Starring-Joe Conti, Stephen Guarino
Scott’s Review #626
Reviewed March 19, 2017
BearCity is a small, independent, LGBT, coming of age film that tells of a young man living in New York City, and his exploration of a sub-culture within the LGBT community and a subsequent romance that follows. The film is a comedy and has a “Sex in the City” or “Queer as Folk” approach to its storytelling- a group of close knit friends and raunchy and gratuitous to be sure. The budget is very small and some aspects rather amateurish, but the film is enjoyable, especially for those exposed to the LGBT lifestyle. The film is not a heavy nor are any of the characters dealing with “coming out” issues, but rather it is a fun sex comedy romp.
Our central character, Tyler (Joe Conti), is a young man in his twenties, an aspiring actor, who moves to New York City to pursue his career, with a mind for casual dating. His roommates encourage him to date Abercrombie and Fitch types, but Tyler comes to realize he prefers “bear” types- mature, hairy men. On the sly he begins to pursue this sub-culture and makes many friends. The apple of his eye, handsome Roger (Gerald McCullough) is a popular mature man, distinguished in the bear circle, and risks his reputation with “the bears” by falling in love with Tyler. The two men spend the greater part of the film conquering their respective fears and finding their way into each others arms in a predictable ending.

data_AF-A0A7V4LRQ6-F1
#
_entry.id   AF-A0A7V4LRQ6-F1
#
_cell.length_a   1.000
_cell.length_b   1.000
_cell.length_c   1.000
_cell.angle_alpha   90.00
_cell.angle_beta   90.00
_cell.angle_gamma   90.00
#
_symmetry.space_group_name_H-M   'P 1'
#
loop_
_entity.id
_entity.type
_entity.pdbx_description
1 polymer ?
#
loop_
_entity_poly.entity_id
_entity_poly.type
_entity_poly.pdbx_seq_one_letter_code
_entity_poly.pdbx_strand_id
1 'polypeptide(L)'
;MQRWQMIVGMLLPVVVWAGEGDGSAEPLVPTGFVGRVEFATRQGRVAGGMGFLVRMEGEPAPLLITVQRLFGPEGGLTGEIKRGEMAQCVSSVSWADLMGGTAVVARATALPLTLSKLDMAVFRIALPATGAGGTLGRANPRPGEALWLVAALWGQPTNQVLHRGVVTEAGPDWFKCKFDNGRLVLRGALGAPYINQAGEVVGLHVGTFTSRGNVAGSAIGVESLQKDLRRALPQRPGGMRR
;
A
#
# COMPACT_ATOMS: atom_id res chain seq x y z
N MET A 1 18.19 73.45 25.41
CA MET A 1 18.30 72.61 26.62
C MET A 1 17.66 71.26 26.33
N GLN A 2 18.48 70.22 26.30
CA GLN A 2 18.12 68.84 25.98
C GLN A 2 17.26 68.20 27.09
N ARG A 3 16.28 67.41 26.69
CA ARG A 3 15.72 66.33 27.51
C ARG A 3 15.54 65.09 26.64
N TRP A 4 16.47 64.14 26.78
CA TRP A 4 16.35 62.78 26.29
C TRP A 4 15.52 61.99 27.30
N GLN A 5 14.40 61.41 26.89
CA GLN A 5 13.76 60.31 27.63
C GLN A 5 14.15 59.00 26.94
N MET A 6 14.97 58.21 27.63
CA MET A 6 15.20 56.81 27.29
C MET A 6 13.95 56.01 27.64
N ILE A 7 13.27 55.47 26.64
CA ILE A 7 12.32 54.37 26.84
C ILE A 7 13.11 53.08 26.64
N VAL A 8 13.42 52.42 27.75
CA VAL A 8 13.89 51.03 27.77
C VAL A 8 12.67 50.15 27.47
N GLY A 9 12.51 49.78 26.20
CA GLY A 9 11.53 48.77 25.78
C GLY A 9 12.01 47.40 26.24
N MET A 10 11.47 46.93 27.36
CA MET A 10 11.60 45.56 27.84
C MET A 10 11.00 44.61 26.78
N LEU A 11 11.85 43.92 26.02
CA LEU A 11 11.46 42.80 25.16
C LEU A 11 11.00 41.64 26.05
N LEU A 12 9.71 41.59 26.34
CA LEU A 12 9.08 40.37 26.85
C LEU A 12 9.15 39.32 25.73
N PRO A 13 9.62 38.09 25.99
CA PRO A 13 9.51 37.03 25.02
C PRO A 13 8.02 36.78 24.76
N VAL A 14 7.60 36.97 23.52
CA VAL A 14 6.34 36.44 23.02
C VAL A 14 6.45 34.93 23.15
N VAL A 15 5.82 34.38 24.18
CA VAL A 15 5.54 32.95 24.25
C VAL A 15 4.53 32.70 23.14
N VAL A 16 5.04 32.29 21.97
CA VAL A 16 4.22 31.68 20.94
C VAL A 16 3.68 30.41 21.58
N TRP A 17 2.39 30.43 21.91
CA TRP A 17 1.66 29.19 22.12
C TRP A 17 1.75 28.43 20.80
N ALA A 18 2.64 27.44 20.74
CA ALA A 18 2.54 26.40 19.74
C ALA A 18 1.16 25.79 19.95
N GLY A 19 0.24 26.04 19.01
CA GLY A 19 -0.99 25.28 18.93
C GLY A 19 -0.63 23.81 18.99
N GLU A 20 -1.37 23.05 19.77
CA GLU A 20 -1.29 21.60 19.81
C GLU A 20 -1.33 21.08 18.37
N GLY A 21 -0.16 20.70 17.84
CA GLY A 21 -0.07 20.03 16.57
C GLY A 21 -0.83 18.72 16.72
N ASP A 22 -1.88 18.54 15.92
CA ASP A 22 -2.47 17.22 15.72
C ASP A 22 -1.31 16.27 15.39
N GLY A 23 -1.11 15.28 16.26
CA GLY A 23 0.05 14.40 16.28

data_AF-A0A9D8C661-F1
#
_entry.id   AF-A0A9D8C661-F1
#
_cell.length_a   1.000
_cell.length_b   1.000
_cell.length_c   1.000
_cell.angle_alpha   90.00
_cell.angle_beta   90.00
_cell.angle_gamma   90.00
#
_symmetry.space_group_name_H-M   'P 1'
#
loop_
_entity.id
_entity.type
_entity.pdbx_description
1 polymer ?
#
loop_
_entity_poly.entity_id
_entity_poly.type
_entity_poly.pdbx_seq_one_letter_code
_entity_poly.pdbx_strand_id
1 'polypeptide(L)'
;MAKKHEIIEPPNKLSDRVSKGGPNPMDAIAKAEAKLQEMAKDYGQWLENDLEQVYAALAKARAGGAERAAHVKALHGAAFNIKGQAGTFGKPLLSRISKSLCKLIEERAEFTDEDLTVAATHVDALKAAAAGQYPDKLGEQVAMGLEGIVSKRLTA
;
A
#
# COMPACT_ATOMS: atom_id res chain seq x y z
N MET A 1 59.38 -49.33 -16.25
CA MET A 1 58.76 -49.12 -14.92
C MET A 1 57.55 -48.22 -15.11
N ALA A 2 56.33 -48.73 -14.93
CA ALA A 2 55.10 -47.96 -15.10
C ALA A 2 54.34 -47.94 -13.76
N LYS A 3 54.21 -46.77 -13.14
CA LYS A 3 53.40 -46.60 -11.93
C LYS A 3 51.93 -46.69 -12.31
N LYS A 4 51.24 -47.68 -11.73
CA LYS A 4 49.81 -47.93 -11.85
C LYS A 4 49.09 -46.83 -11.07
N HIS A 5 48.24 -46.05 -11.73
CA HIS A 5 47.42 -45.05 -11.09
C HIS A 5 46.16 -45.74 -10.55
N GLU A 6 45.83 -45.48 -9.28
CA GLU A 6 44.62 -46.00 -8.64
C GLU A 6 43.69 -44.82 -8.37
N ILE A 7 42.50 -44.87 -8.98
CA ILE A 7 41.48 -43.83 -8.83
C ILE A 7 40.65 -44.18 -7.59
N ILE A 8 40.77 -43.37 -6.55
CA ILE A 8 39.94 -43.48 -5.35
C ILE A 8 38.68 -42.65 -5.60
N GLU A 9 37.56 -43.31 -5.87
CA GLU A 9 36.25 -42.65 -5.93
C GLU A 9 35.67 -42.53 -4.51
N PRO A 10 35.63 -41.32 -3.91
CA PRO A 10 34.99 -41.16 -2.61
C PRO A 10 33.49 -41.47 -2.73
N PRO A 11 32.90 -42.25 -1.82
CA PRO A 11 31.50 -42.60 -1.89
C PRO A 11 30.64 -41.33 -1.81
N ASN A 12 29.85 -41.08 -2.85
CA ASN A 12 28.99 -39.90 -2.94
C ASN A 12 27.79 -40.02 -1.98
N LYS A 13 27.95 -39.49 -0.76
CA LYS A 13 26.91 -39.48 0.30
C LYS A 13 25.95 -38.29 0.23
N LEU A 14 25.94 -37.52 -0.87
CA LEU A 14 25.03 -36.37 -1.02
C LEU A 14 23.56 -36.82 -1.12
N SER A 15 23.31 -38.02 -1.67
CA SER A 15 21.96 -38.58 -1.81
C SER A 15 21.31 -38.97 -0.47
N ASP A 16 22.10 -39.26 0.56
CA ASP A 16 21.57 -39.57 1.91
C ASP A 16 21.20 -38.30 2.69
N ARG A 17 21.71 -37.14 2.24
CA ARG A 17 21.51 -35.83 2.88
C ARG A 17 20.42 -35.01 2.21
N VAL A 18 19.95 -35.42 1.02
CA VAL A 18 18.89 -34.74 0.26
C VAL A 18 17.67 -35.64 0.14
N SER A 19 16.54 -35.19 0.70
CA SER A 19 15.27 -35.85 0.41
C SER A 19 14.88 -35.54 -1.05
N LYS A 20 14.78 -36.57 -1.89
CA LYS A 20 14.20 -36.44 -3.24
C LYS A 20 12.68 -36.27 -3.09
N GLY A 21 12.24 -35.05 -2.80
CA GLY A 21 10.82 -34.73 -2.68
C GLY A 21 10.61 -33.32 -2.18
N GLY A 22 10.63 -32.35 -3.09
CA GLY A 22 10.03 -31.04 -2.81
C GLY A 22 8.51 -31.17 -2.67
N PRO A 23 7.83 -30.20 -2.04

BearCity is a fun farce and nothing very heavy and the featuring of a strong circle of friends is a nice, positive portrayal- all of the friends connect well and stick by each other through thick and thin. Comical sub-plots abound such as one couples (Brent and Fred) awkward parlay into the world of threesomes with unsuccessful results. Another bear who is unemployed, and grossly obese, decides to undergo weight loss surgery much to the chagrin of his hunky boyfriend.
The main story though, belongs to Tyler and Roger and their inevitable reunion can be seen miles away. The film throws various hurdles in their way, such as a third person briefly dating Roger, or Roger’s commitment issues, but the climax of the film will be no surprise to anyone. Tyler and Roger make a nice couple as a whole, but perplexing is how the film makes Roger the undisputed leader of the bear group, when he is actually a lean, muscular man- not a “bear” at all! This is odd to me, but BearCity is so light hearted that I suppose I can let this detail slide in favor of a good romance.
Critically, the film is nice, but quite amateurish, and super low-budget. The acting, especially by some of the supporting characters (the pre-surgery guys boyfriend is the most glaring example), is not great. I half-expected him to accidentally look at the camera. Additionally, the film has a low-budget look and feel, which on one level is fine, but combined with the not so stellar acting, enhances the inexperience of the cast and crew. The film is tough to take too seriously- if this is even the intention of the filmmakers.
The film is a logistical treat for anyone privy to popular gay hangouts in New York City- specifically The Eagle and The Ramrod, both locales are featured prominently, and the use of many real-life people who hang out at those establishments are used throughout the production.
BearCity is not a bad experience and certainly a film that is light and comical within the LGBT community seems rather fresh compared to the myriad of dramatic and heavy films that exist. At the same time the film teeters towards goofy too much with more than one bafoonish, sex-crazed, stereotypical gay man, that it almost gives a bad impression, so the film has mixed results for me.